Is Perfect the Enemy of Good?

My wife and I enjoy the occasional TV police drama. Now before you start to question how I spend my spare time, hear me out.

One day last week one of the characters in a show we frequent stated that “perfect is the enemy of good”. That phrase stuck with me. I did a search online and apparently the quote, contributed to Voltaire no less, was originally “better is the enemy of good” or perhaps “perfect is the enemy of good enough” – give or take some allowance for a sloppy translation from French to English.

That led me to thinking about the quest for perfection in a lean context.

Don’t ask me why. I’m just weird.


I think the answer to the question “is perfect the enemy of good?” in a lean context is “yes”. I’ll explain.

Often I find myself working side by side with many knowledgeable and passionate people as we attempt to discover a countermeasure to a particular problem. We examine the problem in detail in a 5-Why format. We look for the root cause. We discuss and dissect and ponder. We will then fuss over a countermeasure in the quest for a perfect solution to the problem - only to find that one does not exist. So should we quit trying? Of course not.

I have to keep reminding myself, and others, that the goal in fact is not perfection. The goal is continuous improvement on the way to perfection. Yes that is a basic tenet of lean, but it is surprising how continuous improvement gets clouded or even blocked by the quest for perfection.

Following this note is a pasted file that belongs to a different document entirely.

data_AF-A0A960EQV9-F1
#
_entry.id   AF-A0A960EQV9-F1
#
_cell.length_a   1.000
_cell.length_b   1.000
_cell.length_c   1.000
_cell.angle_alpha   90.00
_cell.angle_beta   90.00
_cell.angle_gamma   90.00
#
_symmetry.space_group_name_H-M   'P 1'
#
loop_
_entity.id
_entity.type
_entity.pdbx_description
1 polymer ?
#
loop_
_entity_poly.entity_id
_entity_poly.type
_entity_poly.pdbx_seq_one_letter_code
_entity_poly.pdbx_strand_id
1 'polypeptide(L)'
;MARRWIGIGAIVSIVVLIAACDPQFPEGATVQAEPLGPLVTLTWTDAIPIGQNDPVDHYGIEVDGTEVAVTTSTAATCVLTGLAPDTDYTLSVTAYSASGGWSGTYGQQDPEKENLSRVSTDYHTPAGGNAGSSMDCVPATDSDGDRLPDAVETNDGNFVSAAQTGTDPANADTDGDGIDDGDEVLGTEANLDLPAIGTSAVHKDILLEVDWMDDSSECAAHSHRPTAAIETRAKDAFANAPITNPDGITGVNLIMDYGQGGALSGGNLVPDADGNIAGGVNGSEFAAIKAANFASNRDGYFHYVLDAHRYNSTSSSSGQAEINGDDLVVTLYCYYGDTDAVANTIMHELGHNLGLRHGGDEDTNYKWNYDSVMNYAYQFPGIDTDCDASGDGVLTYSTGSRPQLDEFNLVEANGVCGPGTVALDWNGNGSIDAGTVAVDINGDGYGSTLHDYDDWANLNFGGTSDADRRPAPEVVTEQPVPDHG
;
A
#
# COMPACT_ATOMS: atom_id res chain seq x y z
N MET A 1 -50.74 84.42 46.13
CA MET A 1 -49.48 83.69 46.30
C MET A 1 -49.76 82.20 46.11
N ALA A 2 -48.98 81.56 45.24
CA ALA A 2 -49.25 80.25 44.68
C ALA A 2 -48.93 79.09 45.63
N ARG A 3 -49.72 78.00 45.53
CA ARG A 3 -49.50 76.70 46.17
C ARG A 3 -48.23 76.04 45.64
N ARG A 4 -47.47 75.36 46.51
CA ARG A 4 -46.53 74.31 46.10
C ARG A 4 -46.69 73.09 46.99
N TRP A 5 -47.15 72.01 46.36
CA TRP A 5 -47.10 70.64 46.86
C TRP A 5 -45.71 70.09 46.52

If we wait until a countermeasure is perfect before trying it out, as is my nature I’m afraid, we will be waiting a very long time. While all that waiting goes on the opportunity to make a significant improvement passes us by. Plan, do, check, act. It’s so simple. And so easy to look past.

Perfection is an ideal. It exists only in the imagination. Winston Churchill said once that “Success is the ability to go from one failure to the next with no loss of enthusiasm”. I love that quote. It is so fitting (and perhaps a bit tongue in cheek) when cast in the light of continuous improvement.

There is one caveat though - safety. In our company perfection in safety is the goal. I believe that is the correct approach. Zero incidents. None. Zip. To settle for less gets people hurt - or worse. Even in the world of safety though, a continuous improvement approach has meaningful value when deployed to prevent incidents from happening in the first place.

Next time you’re watching some goofy police drama look for a character quoting Voltaire. You never know where that might lead you.

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